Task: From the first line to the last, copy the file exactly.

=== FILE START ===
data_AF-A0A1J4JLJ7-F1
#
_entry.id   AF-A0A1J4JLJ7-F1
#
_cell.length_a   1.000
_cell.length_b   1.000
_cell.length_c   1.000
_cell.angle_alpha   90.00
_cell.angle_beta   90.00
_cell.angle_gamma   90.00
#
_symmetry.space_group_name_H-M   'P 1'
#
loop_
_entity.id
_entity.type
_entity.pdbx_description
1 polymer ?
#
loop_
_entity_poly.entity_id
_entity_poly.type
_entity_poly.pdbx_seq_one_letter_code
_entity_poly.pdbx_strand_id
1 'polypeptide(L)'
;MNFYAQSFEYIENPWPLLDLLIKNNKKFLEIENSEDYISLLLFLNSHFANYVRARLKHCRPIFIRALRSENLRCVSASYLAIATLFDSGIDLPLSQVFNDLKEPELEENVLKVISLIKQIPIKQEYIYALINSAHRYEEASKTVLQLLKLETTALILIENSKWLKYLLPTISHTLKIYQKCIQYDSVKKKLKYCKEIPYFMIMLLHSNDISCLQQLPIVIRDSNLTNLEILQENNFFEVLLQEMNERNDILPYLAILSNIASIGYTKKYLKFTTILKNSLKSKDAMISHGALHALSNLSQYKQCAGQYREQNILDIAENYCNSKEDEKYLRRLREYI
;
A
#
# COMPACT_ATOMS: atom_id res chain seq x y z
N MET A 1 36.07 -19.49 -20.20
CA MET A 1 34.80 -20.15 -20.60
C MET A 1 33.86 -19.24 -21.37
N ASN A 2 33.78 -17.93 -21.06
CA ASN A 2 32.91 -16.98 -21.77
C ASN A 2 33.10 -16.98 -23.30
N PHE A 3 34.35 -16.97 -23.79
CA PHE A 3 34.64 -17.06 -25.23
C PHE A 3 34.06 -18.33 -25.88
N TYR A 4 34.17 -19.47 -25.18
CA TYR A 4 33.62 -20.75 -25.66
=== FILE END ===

data_AF-A0A1J4JLJ7-F1
#
_entry.id   AF-A0A1J4JLJ7-F1
#
_cell.length_a   1.000
_cell.length_b   1.000
_cell.length_c   1.000
_cell.angle_alpha   90.00
_cell.angle_beta   90.00
_cell.angle_gamma   90.00
#
_symmetry.space_group_name_H-M   'P 1'
#
loop_
_entity.id
_entity.type
_entity.pdbx_description
1 polymer ?
#
loop_
_entity_poly.entity_id
_entity_poly.type
_entity_poly.pdbx_seq_one_letter_code
_entity_poly.pdbx_strand_id
1 'polypeptide(L)'
;MNFYAQSFEYIENPWPLLDLLIKNNKKFLEIENSEDYISLLLFLNSHFANYVRARLKHCRPIFIRALRSENLRCVSASYLAIATLFDSGIDLPLSQVFNDLKEPELEENVLKVISLIKQIPIKQEYIYALINSAHRYEEASKTVLQLLKLETTALILIENSKWLKYLLPTISHTLKIYQKCIQYDSVKKKLKYCKEIPYFMIMLLHSNDISCLQQLPIVIRDSNLTNLEILQENNFFEVLLQEMNERNDILPYLAILSNIASIGYTKKYLKFTTILKNSLKSKDAMISHGALHALSNLSQYKQCAGQYREQNILDIAENYCNSKEDEKYLRRLREYI
;
A
#
# COMPACT_ATOMS: atom_id res chain seq x y z
N MET A 1 36.07 -19.49 -20.20
CA MET A 1 34.80 -20.15 -20.60
C MET A 1 33.86 -19.24 -21.37
N ASN A 2 33.78 -17.93 -21.06
CA ASN A 2 32.91 -16.98 -21.77
C ASN A 2 33.10 -16.98 -23.30
N PHE A 3 34.35 -16.97 -23.79
CA PHE A 3 34.64 -17.06 -25.23
C PHE A 3 34.06 -18.33 -25.88
N TYR A 4 34.17 -19.47 -25.18
CA TYR A 4 33.62 -20.75 -25.66